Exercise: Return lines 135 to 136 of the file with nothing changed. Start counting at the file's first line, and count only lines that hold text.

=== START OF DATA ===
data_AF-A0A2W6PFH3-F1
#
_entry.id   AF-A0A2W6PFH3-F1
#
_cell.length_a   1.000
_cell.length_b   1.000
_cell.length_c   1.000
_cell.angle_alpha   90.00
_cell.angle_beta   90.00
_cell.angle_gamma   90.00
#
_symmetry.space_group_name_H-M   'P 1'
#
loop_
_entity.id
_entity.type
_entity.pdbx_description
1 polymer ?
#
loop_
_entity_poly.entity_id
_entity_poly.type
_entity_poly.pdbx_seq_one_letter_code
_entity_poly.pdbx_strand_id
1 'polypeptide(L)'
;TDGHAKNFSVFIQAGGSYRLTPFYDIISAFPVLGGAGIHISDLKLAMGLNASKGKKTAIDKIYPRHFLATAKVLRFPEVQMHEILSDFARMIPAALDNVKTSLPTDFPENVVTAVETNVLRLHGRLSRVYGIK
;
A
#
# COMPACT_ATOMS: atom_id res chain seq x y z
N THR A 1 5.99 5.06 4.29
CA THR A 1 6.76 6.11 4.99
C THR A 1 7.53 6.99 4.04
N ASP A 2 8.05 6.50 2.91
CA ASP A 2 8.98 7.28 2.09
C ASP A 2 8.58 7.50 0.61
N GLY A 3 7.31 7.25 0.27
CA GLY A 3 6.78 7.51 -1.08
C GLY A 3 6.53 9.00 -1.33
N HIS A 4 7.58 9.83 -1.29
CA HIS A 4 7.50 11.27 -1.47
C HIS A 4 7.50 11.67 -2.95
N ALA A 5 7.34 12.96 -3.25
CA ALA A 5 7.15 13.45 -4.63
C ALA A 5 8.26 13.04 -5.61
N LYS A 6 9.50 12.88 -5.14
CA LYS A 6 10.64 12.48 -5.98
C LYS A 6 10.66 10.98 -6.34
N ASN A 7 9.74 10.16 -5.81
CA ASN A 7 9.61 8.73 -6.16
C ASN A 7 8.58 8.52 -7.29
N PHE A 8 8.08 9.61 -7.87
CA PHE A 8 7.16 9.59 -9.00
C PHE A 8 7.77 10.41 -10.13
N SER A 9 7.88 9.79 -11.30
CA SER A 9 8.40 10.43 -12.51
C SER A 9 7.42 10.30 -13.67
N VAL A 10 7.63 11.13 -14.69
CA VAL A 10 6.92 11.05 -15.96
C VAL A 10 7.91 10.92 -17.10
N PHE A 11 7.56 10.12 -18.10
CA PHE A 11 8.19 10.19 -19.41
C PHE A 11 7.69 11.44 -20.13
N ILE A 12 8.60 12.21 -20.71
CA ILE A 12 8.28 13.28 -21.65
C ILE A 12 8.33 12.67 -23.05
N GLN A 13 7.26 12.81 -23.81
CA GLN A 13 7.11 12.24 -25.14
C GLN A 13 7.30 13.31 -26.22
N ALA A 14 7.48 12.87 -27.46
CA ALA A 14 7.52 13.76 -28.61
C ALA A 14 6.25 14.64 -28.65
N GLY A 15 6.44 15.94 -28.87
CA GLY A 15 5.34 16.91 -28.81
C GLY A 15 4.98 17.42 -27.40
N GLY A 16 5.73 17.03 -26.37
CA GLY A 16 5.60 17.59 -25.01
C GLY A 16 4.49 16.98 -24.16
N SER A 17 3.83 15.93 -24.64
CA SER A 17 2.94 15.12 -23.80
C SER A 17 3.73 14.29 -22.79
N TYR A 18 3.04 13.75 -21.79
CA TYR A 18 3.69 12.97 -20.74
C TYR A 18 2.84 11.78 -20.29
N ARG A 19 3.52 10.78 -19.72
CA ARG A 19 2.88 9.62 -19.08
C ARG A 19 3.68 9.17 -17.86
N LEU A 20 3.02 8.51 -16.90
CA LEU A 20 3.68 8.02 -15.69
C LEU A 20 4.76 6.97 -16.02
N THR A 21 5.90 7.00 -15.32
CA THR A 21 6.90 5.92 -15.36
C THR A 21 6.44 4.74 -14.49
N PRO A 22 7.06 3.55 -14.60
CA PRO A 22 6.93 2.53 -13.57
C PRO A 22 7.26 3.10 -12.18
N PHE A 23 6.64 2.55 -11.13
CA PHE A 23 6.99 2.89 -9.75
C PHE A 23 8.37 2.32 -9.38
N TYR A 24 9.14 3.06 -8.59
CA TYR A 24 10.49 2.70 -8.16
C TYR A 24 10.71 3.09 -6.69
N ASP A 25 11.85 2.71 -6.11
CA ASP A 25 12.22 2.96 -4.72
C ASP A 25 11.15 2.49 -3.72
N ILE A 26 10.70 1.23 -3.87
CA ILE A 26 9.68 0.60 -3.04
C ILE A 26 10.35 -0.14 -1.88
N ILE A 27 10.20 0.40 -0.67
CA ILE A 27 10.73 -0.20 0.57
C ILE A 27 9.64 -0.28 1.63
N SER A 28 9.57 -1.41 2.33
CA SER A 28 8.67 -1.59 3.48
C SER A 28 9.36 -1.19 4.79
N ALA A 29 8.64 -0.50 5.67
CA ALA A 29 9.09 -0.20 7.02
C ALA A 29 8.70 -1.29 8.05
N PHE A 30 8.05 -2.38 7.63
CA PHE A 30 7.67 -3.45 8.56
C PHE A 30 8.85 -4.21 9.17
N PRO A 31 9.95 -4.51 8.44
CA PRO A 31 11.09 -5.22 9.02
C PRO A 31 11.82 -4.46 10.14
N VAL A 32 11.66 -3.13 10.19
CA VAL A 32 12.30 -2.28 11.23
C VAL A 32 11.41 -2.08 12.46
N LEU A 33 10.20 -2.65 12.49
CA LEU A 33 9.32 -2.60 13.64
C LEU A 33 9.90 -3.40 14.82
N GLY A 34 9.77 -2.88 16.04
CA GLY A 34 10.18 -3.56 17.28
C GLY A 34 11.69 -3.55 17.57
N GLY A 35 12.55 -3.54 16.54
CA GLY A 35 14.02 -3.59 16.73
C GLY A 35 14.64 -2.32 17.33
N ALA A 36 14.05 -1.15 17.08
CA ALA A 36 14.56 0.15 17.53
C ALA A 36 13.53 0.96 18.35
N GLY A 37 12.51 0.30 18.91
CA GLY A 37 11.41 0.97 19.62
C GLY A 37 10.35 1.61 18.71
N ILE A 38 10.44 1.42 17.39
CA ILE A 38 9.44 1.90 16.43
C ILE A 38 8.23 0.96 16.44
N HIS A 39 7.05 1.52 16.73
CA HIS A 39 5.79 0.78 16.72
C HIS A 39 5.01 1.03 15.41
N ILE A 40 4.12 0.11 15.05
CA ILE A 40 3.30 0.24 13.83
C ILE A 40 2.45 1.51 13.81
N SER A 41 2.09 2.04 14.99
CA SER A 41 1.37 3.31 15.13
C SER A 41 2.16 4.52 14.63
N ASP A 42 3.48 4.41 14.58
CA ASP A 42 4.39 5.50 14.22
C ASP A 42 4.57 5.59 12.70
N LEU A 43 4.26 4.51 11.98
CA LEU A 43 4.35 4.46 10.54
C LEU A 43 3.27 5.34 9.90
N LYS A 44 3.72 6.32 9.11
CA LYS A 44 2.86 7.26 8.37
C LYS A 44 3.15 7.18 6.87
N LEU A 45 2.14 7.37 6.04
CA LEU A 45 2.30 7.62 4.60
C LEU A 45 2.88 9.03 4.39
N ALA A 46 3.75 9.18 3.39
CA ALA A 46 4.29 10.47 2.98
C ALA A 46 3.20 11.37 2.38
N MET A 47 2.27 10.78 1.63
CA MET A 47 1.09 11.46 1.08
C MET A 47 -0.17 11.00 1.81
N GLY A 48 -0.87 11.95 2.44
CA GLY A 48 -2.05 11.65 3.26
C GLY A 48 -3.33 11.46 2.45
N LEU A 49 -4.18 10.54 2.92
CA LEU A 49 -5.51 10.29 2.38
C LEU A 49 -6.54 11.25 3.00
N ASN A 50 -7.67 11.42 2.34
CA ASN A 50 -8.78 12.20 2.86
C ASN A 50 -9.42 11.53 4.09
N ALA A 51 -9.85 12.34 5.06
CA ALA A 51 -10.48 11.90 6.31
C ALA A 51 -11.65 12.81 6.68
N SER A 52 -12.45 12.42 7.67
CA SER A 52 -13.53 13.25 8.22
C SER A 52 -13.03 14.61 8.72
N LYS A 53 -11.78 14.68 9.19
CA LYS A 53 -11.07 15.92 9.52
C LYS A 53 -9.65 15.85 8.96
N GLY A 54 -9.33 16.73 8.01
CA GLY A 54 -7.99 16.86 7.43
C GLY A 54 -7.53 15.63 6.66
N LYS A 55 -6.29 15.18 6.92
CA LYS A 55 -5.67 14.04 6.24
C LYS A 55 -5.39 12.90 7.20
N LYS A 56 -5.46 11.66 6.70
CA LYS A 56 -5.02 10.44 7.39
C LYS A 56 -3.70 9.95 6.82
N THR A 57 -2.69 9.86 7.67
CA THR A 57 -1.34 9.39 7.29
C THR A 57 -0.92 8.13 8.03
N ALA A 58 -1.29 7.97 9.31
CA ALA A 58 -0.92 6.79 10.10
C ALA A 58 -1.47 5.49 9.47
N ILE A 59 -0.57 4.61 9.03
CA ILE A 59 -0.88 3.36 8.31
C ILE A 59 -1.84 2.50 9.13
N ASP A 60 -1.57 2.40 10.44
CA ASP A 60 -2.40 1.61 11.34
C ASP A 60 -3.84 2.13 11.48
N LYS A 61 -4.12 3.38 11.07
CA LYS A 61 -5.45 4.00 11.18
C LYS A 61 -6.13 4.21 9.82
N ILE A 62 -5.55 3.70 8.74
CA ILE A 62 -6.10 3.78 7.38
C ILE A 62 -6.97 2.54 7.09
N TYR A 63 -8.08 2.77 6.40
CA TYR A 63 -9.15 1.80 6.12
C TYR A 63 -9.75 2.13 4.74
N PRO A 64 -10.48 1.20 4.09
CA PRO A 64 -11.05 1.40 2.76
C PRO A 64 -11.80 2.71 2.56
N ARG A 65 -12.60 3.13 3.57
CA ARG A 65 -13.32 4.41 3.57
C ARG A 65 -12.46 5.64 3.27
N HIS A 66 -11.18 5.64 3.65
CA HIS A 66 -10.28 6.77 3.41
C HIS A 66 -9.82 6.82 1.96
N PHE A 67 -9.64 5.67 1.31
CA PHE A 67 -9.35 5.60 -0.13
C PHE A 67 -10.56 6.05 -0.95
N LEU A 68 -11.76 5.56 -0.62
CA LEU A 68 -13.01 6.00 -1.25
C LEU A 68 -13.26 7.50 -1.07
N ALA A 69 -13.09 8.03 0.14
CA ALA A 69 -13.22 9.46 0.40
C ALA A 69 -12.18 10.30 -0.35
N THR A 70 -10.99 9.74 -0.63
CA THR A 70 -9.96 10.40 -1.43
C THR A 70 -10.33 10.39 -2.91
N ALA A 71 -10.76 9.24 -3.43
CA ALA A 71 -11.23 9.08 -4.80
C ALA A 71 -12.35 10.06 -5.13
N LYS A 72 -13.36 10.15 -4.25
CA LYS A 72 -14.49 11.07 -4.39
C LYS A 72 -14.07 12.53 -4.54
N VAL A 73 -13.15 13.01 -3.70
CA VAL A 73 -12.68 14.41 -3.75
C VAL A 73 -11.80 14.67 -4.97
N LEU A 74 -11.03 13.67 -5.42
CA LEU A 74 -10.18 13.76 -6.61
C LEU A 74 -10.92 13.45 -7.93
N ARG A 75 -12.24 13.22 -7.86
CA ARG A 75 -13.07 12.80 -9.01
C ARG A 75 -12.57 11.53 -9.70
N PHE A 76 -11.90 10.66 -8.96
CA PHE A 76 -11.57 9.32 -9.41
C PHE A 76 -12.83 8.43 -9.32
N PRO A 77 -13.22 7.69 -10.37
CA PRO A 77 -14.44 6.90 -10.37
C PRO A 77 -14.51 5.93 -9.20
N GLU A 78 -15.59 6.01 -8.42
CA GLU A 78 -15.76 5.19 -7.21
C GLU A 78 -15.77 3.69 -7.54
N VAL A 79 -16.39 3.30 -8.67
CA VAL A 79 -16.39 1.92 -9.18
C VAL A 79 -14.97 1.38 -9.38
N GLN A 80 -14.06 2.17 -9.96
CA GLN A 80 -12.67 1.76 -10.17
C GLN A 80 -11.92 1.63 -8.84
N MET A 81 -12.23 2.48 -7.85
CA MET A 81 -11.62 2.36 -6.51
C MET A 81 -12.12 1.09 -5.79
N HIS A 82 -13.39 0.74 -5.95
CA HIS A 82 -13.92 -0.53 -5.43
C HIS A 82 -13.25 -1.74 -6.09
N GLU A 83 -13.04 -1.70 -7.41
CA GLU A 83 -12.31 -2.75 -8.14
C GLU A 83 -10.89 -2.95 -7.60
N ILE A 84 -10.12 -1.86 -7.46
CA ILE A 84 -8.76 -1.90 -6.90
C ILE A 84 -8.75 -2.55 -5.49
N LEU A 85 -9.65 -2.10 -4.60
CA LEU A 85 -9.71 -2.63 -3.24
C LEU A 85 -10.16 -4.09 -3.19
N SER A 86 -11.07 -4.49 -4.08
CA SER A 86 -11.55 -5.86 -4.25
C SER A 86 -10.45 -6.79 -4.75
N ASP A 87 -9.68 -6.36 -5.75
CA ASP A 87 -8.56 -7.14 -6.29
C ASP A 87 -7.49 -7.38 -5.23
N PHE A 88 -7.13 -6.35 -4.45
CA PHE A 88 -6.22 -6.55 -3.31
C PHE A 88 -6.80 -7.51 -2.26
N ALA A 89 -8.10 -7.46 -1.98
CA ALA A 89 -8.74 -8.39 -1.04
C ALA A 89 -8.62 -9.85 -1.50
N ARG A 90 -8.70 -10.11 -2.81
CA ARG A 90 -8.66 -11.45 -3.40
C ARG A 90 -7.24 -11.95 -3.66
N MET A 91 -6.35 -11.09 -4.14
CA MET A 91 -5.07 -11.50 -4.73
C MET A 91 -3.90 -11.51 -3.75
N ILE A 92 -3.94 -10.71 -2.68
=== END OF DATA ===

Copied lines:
C GLY A 35 14.64 -2.32 17.33
N ALA A 36 14.05 -1.15 17.08